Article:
Has HP given Windows Mobile the kiss of death?

      No, Microsoft already did that.

  7. The Average Joe

    .NET in the Enterprise...

    He forgot to say that in those places where they have 3.500 .NET apps they have Java apps that run the business. The .NET are just for reporting or specific use cases where we could not do it with Java. Some places told the developers to focus on Java as a .NET app could be a career limiting move.

    All the CIO's and CEO's I know are asking the developers how to get app XYZ on their damn Apple Watch! LOL so here we go again... No CEO or CIO asked for .NET on a watch!

  8. a_yank_lurker Silver badge

    What are they smoking?

    It is seems like to many trying find the one perfect device to replace several very different ones. The problems is these devices exist because they fit different uses very well for consumers. While a smartphone is really just a very small mobile computer it is optimized for certain uses. Ditto with tablets, laptops, etc. Consumers generally seem to be happy with devices that one extremely well over one that does none particularly well.

  9. suspiciousCannuck

    sounds a bit like surface RT.

    This contraption would make sense if it were an x86 processor.

    I type this from an ok x86 tablet, that works quite well (if you must run windows apps).

    My only complaints are the 1G of RAM and the windows inability to properly determine which

    background processes should and shouldn't be suspended.

    1. Anonymous Coward
      Anonymous Coward

      Re: sounds a bit like surface RT.

      Windows is not designed to suspend background threads - that's what you expect from a true preemptive multitasking OS. Being true multitasking less useful on smartphone OSes, they were designed to supend background threads that rarely do something useful - but a few ones.

      In Windows how the OS could know if it should suspend i.e. Lightroom which is importing images from a a camera, while maybe you're checking email or uploading other ones to a server?

      Good developers will set processes and threads priorities properly - but not everybody does...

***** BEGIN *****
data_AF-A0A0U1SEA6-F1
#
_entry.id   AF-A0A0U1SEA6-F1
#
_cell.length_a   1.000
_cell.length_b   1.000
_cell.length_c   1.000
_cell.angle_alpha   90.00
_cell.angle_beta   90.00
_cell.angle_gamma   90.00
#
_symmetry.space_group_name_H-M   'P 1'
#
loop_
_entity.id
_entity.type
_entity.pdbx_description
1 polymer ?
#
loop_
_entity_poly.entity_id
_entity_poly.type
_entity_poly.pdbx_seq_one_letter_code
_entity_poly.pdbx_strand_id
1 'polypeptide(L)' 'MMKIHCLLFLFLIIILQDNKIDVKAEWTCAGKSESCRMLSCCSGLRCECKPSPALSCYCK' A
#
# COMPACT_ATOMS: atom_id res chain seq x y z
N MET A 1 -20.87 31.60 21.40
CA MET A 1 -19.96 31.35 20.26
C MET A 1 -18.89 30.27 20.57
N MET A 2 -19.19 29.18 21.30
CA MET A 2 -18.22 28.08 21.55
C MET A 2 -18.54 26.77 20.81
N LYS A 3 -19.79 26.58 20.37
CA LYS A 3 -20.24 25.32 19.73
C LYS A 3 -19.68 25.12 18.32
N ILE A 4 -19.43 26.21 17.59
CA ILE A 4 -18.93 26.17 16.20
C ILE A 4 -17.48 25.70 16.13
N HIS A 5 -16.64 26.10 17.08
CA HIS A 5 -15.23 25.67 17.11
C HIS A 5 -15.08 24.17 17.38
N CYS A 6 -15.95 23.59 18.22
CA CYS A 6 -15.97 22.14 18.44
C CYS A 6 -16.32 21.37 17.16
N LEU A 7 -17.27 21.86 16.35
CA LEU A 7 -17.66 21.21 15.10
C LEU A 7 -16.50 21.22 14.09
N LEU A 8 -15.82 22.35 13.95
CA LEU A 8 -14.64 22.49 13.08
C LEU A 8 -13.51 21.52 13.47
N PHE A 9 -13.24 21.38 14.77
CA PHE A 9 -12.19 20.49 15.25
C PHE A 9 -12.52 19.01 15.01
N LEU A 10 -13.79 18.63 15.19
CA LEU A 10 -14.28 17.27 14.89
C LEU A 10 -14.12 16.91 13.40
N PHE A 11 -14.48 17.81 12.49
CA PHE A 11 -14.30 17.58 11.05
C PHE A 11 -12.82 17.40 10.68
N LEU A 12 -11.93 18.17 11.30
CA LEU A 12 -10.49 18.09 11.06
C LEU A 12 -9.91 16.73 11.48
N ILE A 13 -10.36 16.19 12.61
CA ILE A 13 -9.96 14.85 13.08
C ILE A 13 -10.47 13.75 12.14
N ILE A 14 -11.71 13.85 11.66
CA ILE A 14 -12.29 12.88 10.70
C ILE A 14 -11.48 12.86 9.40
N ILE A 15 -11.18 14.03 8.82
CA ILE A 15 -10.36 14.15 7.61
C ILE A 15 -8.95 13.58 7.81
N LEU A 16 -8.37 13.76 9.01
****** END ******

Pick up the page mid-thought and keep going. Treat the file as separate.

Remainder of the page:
10. Anonymous Coward
    Anonymous Coward

    Maybe they'll get lucky but... given that even Microsoft has adjusted their own toolkit, Visual Studio et al., towards creating apps to run on Android and iOS that might tell them how Microsoft sees the state of play.

    Personally I think it's cute and if 'twere x86 I might be interested. I just don't think it's going anywhere.

  11. LDS Silver badge

    Palm Foleo again?

    Palm alredy tried to make a screen/desktop companion for its Treo smartphones, the ill-fated Foleo (nomen omen) - now HP attempts the same route? Someone from the old Palm still there and attempting the same mistakes?

  12. Anonymous Coward
    Trollface

    Yep

    Greybeards be hatin' 'cos Windows be rollin'

  13. hplasm
    Meh

    Greybeards be waitin' 'cos Windows be rollin'...

    ...downhill fast!

    FTFY

  14. Anonymous Coward
    Anonymous Coward

    The horse is dead, buried and nearly fossilized - why is HP still kicking it?

    I managed HP tablets/phablets for 3 years. I didn't make it to a forth (of a 10 year career at HP) because I didn't agree that the .com could sell what the GM determined it could. Late to market, under-spec'd, over priced, and inferior quality does not get rewarded in the market place. The commercial models are decent, but few are lining up to buy $1k tablets when you can get a decent laptop for half the price.

    Sympathy for the individual who has to manage these products. Keep smiling and your resume up to date. Be proud you have a job, not proud of your job.